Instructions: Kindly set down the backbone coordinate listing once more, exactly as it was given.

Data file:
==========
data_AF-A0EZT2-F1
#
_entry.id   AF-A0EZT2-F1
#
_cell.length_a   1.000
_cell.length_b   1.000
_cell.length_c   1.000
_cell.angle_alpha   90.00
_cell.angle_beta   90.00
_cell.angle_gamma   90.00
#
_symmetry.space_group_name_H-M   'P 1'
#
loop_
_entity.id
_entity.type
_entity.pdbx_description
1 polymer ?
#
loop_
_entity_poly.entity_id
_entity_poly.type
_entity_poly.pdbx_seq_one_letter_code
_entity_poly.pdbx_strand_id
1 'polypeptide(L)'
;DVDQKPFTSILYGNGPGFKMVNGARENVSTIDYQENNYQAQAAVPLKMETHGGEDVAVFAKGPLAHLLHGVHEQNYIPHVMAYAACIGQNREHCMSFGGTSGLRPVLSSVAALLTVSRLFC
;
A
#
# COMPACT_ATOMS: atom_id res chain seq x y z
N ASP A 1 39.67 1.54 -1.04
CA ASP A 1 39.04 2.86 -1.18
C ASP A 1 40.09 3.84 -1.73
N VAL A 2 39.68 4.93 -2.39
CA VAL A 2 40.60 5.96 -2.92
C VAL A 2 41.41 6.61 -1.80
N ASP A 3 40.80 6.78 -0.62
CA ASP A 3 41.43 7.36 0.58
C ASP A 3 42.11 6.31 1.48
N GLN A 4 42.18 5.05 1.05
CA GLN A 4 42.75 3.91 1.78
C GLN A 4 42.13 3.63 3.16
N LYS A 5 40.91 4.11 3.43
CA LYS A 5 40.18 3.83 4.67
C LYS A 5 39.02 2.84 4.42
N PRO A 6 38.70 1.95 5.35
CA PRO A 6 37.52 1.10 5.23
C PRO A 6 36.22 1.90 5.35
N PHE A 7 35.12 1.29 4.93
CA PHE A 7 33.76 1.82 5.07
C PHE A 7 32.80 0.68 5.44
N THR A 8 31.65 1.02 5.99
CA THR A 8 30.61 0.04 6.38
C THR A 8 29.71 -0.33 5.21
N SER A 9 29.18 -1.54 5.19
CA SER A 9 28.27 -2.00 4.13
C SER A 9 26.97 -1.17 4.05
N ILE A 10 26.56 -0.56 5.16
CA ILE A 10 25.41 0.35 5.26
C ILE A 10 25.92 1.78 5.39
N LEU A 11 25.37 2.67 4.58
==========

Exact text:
data_AF-A0EZT2-F1
#
_entry.id   AF-A0EZT2-F1
#
_cell.length_a   1.000
_cell.length_b   1.000
_cell.length_c   1.000
_cell.angle_alpha   90.00
_cell.angle_beta   90.00
_cell.angle_gamma   90.00
#
_symmetry.space_group_name_H-M   'P 1'
#
loop_
_entity.id
_entity.type
_entity.pdbx_description
1 polymer ?
#
loop_
_entity_poly.entity_id
_entity_poly.type
_entity_poly.pdbx_seq_one_letter_code
_entity_poly.pdbx_strand_id
1 'polypeptide(L)'
;DVDQKPFTSILYGNGPGFKMVNGARENVSTIDYQENNYQAQAAVPLKMETHGGEDVAVFAKGPLAHLLHGVHEQNYIPHVMAYAACIGQNREHCMSFGGTSGLRPVLSSVAALLTVSRLFC
;
A
#
# COMPACT_ATOMS: atom_id res chain seq x y z
N ASP A 1 39.67 1.54 -1.04
CA ASP A 1 39.04 2.86 -1.18
C ASP A 1 40.09 3.84 -1.73
N VAL A 2 39.68 4.93 -2.39
CA VAL A 2 40.60 5.96 -2.92
C VAL A 2 41.41 6.61 -1.80
N ASP A 3 40.80 6.78 -0.62
CA ASP A 3 41.43 7.36 0.58
C ASP A 3 42.11 6.31 1.48
N GLN A 4 42.18 5.05 1.05
CA GLN A 4 42.75 3.91 1.78
C GLN A 4 42.13 3.63 3.16
N LYS A 5 40.91 4.11 3.43
CA LYS A 5 40.18 3.83 4.67
C LYS A 5 39.02 2.84 4.42
N PRO A 6 38.70 1.95 5.35
CA PRO A 6 37.52 1.10 5.23
C PRO A 6 36.22 1.90 5.35
N PHE A 7 35.12 1.29 4.93
CA PHE A 7 33.76 1.82 5.07
C PHE A 7 32.80 0.68 5.44
N THR A 8 31.65 1.02 5.99
CA THR A 8 30.61 0.04 6.38
C THR A 8 29.71 -0.33 5.21
N SER A 9 29.18 -1.54 5.19
CA SER A 9 28.27 -2.00 4.13
C SER A 9 26.97 -1.17 4.05
N ILE A 10 26.56 -0.56 5.16
CA ILE A 10 25.41 0.35 5.26
C ILE A 10 25.92 1.78 5.39
N LEU A 11 25.37 2.67 4.58